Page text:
Obama has already taken Romney's words on Iraq out of context to support this back-to-Bush argument, asserting that the Republican candidate said ending the war in Iraq would be "tragic" (Romney argued that the pace of the withdrawal was tragic). The Romney campaign isn't about to give the president any more ammunition.

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Syrian cyberwar rages on

They're at it again. The BBC reported on Monday that Al Jazeera was the latest media outlet to feel the wrath of the Syrian Electronic Army, a group of pro-Assad hackers who have recently been running amok in cyberspace. This time, the Qatar-based news station's Arabic SMS service was compromised, and three fake texts were sent to all subscribers. One reportedly announced that Qatar's prime minister had been the target of an assassination attempt while another added that the wife of Qatar's emir had been wounded.

Last Tuesday, Reuters reported that Al Jazeera Arabic's home page was hacked by another pro-Syrian group calling itself "al-Rashedon." The hackers posted a Syrian flag and a statement denouncing the station for its ‘‘position against Syria (people and government) and for special support of the militant terrorism" underneath a large red stamp with the word "hack."

Reuters may have been relieved that they weren't the targets this time. As Foreign Policy recently noted, the British wire service was hacked three times during the month of August. The hackers sent fake tweets from the Reuters Twitter account and also put up false posts on one of its blogs.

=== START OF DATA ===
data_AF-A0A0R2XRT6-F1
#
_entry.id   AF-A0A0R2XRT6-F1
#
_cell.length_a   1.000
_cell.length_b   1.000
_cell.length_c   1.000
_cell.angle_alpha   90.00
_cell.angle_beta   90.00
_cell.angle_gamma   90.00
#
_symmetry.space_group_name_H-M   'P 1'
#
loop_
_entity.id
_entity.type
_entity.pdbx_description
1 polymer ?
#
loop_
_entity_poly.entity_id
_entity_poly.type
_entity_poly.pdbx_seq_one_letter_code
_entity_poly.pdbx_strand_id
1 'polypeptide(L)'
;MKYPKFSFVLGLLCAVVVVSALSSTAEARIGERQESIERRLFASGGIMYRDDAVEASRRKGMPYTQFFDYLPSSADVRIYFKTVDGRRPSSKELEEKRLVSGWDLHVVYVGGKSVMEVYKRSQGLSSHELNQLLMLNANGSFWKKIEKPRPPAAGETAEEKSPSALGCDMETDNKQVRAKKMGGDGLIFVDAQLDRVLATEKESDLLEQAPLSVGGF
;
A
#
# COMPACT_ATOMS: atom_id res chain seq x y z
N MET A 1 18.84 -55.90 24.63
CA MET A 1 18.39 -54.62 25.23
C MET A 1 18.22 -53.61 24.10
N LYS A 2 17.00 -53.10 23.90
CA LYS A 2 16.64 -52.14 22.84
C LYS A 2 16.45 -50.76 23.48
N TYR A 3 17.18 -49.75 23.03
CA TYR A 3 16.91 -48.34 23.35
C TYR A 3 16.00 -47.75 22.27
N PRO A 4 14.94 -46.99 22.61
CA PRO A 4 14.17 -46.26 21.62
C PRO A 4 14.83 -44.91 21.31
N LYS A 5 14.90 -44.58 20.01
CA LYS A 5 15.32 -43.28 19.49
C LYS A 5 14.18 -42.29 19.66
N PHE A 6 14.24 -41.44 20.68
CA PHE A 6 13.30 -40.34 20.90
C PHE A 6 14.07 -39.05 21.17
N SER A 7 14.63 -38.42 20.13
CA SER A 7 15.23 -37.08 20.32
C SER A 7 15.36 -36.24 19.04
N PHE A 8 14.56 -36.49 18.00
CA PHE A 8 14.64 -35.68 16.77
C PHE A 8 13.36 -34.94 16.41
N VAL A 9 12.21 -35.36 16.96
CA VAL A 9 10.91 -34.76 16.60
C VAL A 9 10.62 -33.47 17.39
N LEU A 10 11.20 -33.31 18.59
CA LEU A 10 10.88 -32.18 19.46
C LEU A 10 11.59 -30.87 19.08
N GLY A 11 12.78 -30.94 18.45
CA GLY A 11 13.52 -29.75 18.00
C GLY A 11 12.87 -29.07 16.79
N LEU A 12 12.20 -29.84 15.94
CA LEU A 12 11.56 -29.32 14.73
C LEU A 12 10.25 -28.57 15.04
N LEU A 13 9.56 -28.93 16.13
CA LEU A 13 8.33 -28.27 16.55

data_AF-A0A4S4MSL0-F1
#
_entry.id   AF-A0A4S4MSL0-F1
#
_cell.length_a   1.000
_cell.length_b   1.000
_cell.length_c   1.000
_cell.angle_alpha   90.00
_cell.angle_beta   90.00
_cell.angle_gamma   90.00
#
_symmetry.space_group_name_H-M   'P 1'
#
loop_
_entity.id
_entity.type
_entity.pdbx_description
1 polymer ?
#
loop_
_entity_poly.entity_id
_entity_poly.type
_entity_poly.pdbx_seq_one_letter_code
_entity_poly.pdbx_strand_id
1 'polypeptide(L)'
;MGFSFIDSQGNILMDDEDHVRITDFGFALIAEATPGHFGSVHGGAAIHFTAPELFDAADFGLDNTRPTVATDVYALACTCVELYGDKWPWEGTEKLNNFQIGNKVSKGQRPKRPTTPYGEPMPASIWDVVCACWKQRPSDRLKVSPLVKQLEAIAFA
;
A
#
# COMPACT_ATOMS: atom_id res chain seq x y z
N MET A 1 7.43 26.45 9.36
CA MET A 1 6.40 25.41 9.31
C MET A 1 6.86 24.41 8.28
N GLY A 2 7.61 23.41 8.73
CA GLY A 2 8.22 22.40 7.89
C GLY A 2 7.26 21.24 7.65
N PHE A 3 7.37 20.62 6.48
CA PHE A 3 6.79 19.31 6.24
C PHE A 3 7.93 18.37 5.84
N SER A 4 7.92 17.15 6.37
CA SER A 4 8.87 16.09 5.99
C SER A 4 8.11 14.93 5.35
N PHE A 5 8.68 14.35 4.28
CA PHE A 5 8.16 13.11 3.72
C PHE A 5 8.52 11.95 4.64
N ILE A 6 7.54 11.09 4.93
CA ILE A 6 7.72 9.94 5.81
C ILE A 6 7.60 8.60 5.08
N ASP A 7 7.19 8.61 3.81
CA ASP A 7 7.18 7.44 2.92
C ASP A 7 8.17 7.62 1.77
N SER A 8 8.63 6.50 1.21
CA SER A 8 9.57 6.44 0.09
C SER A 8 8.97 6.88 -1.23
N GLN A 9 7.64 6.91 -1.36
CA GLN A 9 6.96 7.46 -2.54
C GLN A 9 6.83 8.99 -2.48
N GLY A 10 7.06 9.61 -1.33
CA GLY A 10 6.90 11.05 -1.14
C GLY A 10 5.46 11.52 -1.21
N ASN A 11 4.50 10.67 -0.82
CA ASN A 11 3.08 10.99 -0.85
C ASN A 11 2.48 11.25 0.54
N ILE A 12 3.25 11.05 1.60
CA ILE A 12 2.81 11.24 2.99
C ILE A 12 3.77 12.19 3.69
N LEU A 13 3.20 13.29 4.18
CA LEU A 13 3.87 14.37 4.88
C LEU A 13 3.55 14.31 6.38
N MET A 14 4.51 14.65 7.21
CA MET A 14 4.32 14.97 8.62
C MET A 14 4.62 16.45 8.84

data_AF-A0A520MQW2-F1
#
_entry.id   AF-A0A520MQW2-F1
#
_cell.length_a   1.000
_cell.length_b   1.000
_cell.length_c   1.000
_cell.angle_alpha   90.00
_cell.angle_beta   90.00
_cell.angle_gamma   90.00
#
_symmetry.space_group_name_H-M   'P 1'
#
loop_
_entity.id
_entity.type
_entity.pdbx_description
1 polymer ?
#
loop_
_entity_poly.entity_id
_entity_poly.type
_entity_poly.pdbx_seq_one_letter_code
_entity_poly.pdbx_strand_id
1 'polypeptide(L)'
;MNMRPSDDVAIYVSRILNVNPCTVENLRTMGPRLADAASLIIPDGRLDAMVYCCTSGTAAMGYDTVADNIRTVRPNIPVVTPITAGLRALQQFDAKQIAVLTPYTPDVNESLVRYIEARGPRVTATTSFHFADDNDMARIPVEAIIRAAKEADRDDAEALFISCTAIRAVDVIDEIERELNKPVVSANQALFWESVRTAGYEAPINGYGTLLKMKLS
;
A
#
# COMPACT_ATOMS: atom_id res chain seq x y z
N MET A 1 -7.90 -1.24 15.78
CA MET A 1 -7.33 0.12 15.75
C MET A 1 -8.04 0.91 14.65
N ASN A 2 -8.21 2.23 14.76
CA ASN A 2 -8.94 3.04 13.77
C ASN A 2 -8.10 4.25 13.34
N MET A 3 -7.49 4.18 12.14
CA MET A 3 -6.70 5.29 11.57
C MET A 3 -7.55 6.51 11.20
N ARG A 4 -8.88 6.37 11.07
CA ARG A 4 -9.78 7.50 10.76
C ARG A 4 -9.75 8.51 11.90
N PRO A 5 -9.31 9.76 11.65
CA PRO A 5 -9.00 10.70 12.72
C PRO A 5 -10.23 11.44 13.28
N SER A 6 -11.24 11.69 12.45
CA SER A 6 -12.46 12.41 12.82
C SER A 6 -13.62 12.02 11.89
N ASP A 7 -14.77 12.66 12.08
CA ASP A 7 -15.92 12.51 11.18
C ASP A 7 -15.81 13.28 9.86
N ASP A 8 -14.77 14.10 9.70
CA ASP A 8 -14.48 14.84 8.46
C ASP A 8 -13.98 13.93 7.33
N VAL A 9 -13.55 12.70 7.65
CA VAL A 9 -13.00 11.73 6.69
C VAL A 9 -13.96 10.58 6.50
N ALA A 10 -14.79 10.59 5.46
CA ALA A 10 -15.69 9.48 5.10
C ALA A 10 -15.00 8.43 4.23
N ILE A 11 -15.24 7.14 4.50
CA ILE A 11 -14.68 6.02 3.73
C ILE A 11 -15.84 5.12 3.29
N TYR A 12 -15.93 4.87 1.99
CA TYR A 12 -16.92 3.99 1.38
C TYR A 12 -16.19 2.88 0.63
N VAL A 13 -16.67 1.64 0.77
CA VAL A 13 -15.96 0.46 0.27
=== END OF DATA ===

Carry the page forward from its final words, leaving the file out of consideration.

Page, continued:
Also in August, Amnesty International's blog Livewire was targeted by another pro-Assad hacker group that accused the rebel army of committing massacres that have been linked to government forces. The attack, which was not claimed by any specific group of hackers, included a false blog post lamenting that "it is clear the Al Qaeda affiliated rebels are not going to stop their crimes. And with no accountability and a steady supply of weapons, why should they given they have come this far under NATO protection?"

Another one of the false posts was titled "Amnesty Calls on UN to stop the US, Qatar and Turkey funding and arming Syria Rebels," and created the impression that Amnesty International was condemning NATO and the US for meddling in the Syrian civil war. Sanjeev Bery, Amnesty International's USA advocacy director for the Middle East and North Africa, explained the attack in an article published on the group's website:

"It's entirely possible that, given that we've been so forthright in criticizing the Syrian government for its crimes against humanity; that could conceivably make us the target of some kind of campaign."


As the actual war in Syria continues to spiral out of control, the long and dirty cyberwar between hackers loyal to Assad and those who support the rebels shows no signs of slowing. News organizations across the world are likely buttoning up their security systems and wondering who the next victim will be.